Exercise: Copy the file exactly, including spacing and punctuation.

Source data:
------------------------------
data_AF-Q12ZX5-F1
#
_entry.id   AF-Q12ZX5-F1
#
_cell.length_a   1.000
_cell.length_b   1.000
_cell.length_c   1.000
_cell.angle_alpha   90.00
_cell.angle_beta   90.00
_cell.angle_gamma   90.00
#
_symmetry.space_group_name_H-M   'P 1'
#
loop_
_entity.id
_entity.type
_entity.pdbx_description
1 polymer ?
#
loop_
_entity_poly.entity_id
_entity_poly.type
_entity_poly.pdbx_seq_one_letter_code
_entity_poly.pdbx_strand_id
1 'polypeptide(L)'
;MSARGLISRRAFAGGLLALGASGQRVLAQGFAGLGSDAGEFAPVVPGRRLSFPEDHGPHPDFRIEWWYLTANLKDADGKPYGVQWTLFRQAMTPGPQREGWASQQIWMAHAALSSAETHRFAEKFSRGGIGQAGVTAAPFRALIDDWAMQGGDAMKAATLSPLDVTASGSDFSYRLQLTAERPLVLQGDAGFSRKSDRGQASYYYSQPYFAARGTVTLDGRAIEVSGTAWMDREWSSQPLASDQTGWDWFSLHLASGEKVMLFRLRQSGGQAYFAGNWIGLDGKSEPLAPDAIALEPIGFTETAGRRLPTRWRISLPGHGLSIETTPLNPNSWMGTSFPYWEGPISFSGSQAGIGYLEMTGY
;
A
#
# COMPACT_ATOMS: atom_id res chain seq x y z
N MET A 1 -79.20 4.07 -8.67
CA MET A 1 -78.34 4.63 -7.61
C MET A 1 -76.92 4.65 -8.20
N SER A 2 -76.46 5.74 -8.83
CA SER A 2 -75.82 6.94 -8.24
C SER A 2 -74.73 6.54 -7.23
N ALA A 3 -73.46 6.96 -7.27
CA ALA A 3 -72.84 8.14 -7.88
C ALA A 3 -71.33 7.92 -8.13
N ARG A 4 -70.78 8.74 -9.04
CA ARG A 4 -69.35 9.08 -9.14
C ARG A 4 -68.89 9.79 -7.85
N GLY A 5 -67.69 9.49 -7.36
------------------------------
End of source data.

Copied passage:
data_AF-Q12ZX5-F1
#
_entry.id   AF-Q12ZX5-F1
#
_cell.length_a   1.000
_cell.length_b   1.000
_cell.length_c   1.000
_cell.angle_alpha   90.00
_cell.angle_beta   90.00
_cell.angle_gamma   90.00
#
_symmetry.space_group_name_H-M   'P 1'
#
loop_
_entity.id
_entity.type
_entity.pdbx_description
1 polymer ?
#
loop_
_entity_poly.entity_id
_entity_poly.type
_entity_poly.pdbx_seq_one_letter_code
_entity_poly.pdbx_strand_id
1 'polypeptide(L)'
;MSARGLISRRAFAGGLLALGASGQRVLAQGFAGLGSDAGEFAPVVPGRRLSFPEDHGPHPDFRIEWWYLTANLKDADGKPYGVQWTLFRQAMTPGPQREGWASQQIWMAHAALSSAETHRFAEKFSRGGIGQAGVTAAPFRALIDDWAMQGGDAMKAATLSPLDVTASGSDFSYRLQLTAERPLVLQGDAGFSRKSDRGQASYYYSQPYFAARGTVTLDGRAIEVSGTAWMDREWSSQPLASDQTGWDWFSLHLASGEKVMLFRLRQSGGQAYFAGNWIGLDGKSEPLAPDAIALEPIGFTETAGRRLPTRWRISLPGHGLSIETTPLNPNSWMGTSFPYWEGPISFSGSQAGIGYLEMTGY
;
A
#
# COMPACT_ATOMS: atom_id res chain seq x y z
N MET A 1 -79.20 4.07 -8.67
CA MET A 1 -78.34 4.63 -7.61
C MET A 1 -76.92 4.65 -8.20
N SER A 2 -76.46 5.74 -8.83
CA SER A 2 -75.82 6.94 -8.24
C SER A 2 -74.73 6.54 -7.23
N ALA A 3 -73.46 6.96 -7.27
CA ALA A 3 -72.84 8.14 -7.88
C ALA A 3 -71.33 7.92 -8.13
N ARG A 4 -70.78 8.74 -9.04
CA ARG A 4 -69.35 9.08 -9.14
C ARG A 4 -68.89 9.79 -7.85
N GLY A 5 -67.69 9.49 -7.36